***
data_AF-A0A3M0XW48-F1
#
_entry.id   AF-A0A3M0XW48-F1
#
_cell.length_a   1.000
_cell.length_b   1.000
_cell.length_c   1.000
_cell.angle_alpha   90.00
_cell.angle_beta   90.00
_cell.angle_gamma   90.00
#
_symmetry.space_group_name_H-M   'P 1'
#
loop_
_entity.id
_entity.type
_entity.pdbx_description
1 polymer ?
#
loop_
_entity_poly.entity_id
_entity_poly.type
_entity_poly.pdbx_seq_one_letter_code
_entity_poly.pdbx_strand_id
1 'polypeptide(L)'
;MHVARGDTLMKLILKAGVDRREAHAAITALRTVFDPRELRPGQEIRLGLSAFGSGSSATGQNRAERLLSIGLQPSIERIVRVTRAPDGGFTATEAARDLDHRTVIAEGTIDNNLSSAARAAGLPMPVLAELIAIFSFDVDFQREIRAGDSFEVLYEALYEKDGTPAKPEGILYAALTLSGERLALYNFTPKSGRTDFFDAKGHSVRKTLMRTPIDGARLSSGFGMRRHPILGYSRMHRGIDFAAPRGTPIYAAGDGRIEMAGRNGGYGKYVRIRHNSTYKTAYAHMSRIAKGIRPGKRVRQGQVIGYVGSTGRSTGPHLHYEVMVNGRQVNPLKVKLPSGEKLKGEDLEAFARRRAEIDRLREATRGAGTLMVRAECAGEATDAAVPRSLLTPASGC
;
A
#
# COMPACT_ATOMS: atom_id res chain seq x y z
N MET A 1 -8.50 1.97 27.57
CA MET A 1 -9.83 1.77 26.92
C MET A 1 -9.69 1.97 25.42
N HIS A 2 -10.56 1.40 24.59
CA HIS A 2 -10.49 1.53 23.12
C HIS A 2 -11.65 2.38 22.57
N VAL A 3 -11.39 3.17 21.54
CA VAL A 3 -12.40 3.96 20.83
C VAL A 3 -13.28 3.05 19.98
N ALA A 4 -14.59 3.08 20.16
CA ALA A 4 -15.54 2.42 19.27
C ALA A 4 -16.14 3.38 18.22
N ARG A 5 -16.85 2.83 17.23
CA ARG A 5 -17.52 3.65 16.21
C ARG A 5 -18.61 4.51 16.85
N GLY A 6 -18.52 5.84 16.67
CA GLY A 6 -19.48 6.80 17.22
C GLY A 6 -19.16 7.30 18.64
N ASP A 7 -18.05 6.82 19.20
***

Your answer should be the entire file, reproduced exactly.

data_AF-A0A3M0XW48-F1
#
_entry.id   AF-A0A3M0XW48-F1
#
_cell.length_a   1.000
_cell.length_b   1.000
_cell.length_c   1.000
_cell.angle_alpha   90.00
_cell.angle_beta   90.00
_cell.angle_gamma   90.00
#
_symmetry.space_group_name_H-M   'P 1'
#
loop_
_entity.id
_entity.type
_entity.pdbx_description
1 polymer ?
#
loop_
_entity_poly.entity_id
_entity_poly.type
_entity_poly.pdbx_seq_one_letter_code
_entity_poly.pdbx_strand_id
1 'polypeptide(L)'
;MHVARGDTLMKLILKAGVDRREAHAAITALRTVFDPRELRPGQEIRLGLSAFGSGSSATGQNRAERLLSIGLQPSIERIVRVTRAPDGGFTATEAARDLDHRTVIAEGTIDNNLSSAARAAGLPMPVLAELIAIFSFDVDFQREIRAGDSFEVLYEALYEKDGTPAKPEGILYAALTLSGERLALYNFTPKSGRTDFFDAKGHSVRKTLMRTPIDGARLSSGFGMRRHPILGYSRMHRGIDFAAPRGTPIYAAGDGRIEMAGRNGGYGKYVRIRHNSTYKTAYAHMSRIAKGIRPGKRVRQGQVIGYVGSTGRSTGPHLHYEVMVNGRQVNPLKVKLPSGEKLKGEDLEAFARRRAEIDRLREATRGAGTLMVRAECAGEATDAAVPRSLLTPASGC
;
A
#
# COMPACT_ATOMS: atom_id res chain seq x y z
N MET A 1 -8.50 1.97 27.57
CA MET A 1 -9.83 1.77 26.92
C MET A 1 -9.69 1.97 25.42
N HIS A 2 -10.56 1.40 24.59
CA HIS A 2 -10.49 1.53 23.12
C HIS A 2 -11.65 2.38 22.57
N VAL A 3 -11.39 3.17 21.54
CA VAL A 3 -12.40 3.96 20.83
C VAL A 3 -13.28 3.05 19.98
N ALA A 4 -14.59 3.08 20.16
CA ALA A 4 -15.54 2.42 19.27
C ALA A 4 -16.14 3.38 18.22
N ARG A 5 -16.85 2.83 17.23
CA ARG A 5 -17.52 3.65 16.21
C ARG A 5 -18.61 4.51 16.85
N GLY A 6 -18.52 5.84 16.67
CA GLY A 6 -19.48 6.80 17.22
C GLY A 6 -19.16 7.30 18.64
N ASP A 7 -18.05 6.82 19.20